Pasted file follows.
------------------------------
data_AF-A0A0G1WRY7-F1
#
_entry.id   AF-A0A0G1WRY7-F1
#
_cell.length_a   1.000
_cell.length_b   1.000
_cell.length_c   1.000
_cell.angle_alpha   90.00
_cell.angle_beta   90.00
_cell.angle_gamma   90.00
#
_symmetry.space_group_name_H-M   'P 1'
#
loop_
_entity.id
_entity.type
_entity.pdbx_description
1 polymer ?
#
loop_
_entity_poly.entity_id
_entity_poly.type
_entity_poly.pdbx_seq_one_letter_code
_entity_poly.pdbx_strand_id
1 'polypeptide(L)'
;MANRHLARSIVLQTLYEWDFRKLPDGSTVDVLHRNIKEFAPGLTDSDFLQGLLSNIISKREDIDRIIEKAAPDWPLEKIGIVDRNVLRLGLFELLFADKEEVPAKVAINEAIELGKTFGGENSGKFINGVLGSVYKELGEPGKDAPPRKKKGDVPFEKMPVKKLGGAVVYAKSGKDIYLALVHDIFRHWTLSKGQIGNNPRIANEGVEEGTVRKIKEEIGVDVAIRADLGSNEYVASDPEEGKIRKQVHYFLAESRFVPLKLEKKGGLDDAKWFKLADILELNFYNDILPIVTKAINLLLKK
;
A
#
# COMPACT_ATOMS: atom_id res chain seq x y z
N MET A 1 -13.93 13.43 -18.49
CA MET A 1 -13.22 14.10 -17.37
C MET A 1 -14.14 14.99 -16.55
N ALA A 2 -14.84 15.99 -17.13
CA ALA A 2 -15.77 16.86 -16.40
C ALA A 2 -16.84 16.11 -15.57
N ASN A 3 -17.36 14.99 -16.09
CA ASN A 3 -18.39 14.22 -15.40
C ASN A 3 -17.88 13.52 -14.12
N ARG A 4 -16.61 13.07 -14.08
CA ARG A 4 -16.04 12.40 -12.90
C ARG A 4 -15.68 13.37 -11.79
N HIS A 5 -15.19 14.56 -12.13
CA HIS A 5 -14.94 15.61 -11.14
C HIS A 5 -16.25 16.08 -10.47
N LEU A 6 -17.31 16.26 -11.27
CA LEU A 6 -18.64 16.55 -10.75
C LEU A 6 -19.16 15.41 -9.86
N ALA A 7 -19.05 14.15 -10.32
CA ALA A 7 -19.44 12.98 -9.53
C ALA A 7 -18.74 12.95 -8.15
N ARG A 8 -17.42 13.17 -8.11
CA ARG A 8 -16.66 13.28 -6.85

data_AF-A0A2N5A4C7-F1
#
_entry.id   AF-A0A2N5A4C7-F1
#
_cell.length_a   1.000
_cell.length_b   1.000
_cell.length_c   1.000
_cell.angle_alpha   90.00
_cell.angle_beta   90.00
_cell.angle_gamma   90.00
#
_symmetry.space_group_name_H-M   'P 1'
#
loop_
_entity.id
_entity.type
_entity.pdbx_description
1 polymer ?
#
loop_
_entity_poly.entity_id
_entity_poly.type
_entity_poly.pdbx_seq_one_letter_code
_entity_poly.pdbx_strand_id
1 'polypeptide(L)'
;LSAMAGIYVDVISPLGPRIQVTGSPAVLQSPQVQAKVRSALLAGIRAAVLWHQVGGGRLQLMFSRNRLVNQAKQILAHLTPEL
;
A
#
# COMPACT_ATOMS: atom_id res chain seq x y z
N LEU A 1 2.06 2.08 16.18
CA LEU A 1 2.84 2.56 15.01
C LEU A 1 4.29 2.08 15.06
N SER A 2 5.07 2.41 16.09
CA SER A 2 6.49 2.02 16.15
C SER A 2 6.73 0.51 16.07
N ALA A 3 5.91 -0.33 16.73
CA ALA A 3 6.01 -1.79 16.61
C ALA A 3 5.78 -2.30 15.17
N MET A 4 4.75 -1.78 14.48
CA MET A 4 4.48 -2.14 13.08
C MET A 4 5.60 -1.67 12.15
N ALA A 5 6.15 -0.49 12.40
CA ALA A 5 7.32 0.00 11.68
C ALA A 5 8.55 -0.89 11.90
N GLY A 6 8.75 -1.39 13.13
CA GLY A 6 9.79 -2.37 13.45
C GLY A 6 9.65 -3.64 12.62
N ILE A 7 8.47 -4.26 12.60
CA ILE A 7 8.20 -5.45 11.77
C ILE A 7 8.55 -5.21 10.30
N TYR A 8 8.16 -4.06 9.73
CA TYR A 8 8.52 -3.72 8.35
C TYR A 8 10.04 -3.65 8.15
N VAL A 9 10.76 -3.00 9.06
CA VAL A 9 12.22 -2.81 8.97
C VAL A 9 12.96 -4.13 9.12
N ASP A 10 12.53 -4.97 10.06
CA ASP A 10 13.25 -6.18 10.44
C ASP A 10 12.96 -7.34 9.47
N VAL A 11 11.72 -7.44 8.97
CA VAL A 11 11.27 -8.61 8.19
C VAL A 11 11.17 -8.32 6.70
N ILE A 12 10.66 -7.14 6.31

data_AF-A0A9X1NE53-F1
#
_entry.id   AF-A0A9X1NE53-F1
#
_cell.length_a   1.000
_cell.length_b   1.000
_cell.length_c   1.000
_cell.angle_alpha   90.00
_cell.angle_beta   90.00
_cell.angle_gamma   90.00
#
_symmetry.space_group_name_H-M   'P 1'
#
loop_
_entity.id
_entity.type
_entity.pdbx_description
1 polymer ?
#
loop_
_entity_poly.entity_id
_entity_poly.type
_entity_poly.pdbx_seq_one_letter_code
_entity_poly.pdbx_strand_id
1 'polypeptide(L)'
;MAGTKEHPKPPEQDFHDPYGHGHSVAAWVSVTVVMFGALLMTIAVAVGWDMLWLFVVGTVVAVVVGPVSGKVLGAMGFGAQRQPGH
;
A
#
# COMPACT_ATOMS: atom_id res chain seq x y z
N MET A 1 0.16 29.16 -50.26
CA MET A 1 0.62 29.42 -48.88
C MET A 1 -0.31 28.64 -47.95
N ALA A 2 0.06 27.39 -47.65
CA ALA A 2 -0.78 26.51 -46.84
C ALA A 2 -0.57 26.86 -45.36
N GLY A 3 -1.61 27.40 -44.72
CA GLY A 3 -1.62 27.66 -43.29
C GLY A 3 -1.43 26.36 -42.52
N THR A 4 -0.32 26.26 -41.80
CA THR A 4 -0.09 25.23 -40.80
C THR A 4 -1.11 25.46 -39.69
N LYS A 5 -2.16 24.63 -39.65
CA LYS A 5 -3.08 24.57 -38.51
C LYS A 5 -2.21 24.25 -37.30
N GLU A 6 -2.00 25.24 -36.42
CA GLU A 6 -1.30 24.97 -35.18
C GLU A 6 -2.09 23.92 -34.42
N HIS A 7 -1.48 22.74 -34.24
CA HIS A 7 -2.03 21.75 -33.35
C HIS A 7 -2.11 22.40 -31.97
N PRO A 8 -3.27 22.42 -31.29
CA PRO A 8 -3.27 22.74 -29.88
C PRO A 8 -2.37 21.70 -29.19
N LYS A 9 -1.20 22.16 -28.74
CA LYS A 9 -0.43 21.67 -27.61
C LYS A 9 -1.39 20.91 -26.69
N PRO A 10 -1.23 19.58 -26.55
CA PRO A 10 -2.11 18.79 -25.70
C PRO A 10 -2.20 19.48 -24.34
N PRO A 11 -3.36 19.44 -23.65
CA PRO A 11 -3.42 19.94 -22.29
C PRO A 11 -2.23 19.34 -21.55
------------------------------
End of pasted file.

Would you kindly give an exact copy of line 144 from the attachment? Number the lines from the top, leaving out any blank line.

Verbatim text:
;